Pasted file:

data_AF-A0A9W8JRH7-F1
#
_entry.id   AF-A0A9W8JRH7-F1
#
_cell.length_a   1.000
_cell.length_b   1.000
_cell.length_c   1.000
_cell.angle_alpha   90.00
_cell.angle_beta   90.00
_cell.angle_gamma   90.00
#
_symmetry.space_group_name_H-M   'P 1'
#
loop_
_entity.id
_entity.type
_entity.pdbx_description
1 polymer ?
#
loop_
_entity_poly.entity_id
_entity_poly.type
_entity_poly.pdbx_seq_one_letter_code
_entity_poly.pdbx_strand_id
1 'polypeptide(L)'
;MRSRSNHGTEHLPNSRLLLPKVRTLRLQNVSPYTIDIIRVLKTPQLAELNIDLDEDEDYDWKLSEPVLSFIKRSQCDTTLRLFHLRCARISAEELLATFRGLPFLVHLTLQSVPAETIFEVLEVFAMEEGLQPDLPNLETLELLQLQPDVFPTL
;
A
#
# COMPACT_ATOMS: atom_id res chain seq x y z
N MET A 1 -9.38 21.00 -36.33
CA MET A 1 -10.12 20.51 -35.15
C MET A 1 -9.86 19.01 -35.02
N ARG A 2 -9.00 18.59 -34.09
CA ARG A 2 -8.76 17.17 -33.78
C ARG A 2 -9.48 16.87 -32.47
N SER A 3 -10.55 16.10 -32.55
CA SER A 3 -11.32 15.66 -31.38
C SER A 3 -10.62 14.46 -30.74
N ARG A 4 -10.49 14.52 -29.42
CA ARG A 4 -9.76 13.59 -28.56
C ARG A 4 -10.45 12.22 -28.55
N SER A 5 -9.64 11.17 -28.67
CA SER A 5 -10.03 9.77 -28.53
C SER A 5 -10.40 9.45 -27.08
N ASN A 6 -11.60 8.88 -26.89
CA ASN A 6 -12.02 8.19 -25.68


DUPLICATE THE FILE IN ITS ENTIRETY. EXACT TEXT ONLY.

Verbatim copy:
data_AF-A0A9W8JRH7-F1
#
_entry.id   AF-A0A9W8JRH7-F1
#
_cell.length_a   1.000
_cell.length_b   1.000
_cell.length_c   1.000
_cell.angle_alpha   90.00
_cell.angle_beta   90.00
_cell.angle_gamma   90.00
#
_symmetry.space_group_name_H-M   'P 1'
#
loop_
_entity.id
_entity.type
_entity.pdbx_description
1 polymer ?
#
loop_
_entity_poly.entity_id
_entity_poly.type
_entity_poly.pdbx_seq_one_letter_code
_entity_poly.pdbx_strand_id
1 'polypeptide(L)'
;MRSRSNHGTEHLPNSRLLLPKVRTLRLQNVSPYTIDIIRVLKTPQLAELNIDLDEDEDYDWKLSEPVLSFIKRSQCDTTLRLFHLRCARISAEELLATFRGLPFLVHLTLQSVPAETIFEVLEVFAMEEGLQPDLPNLETLELLQLQPDVFPTL
;
A
#
# COMPACT_ATOMS: atom_id res chain seq x y z
N MET A 1 -9.38 21.00 -36.33
CA MET A 1 -10.12 20.51 -35.15
C MET A 1 -9.86 19.01 -35.02
N ARG A 2 -9.00 18.59 -34.09
CA ARG A 2 -8.76 17.17 -33.78
C ARG A 2 -9.48 16.87 -32.47
N SER A 3 -10.55 16.10 -32.55
CA SER A 3 -11.32 15.66 -31.38
C SER A 3 -10.62 14.46 -30.74
N ARG A 4 -10.49 14.52 -29.42
CA ARG A 4 -9.76 13.59 -28.56
C ARG A 4 -10.45 12.22 -28.55
N SER A 5 -9.64 11.17 -28.67
CA SER A 5 -10.03 9.77 -28.53
C SER A 5 -10.40 9.45 -27.08
N ASN A 6 -11.60 8.88 -26.89
CA ASN A 6 -12.02 8.19 -25.68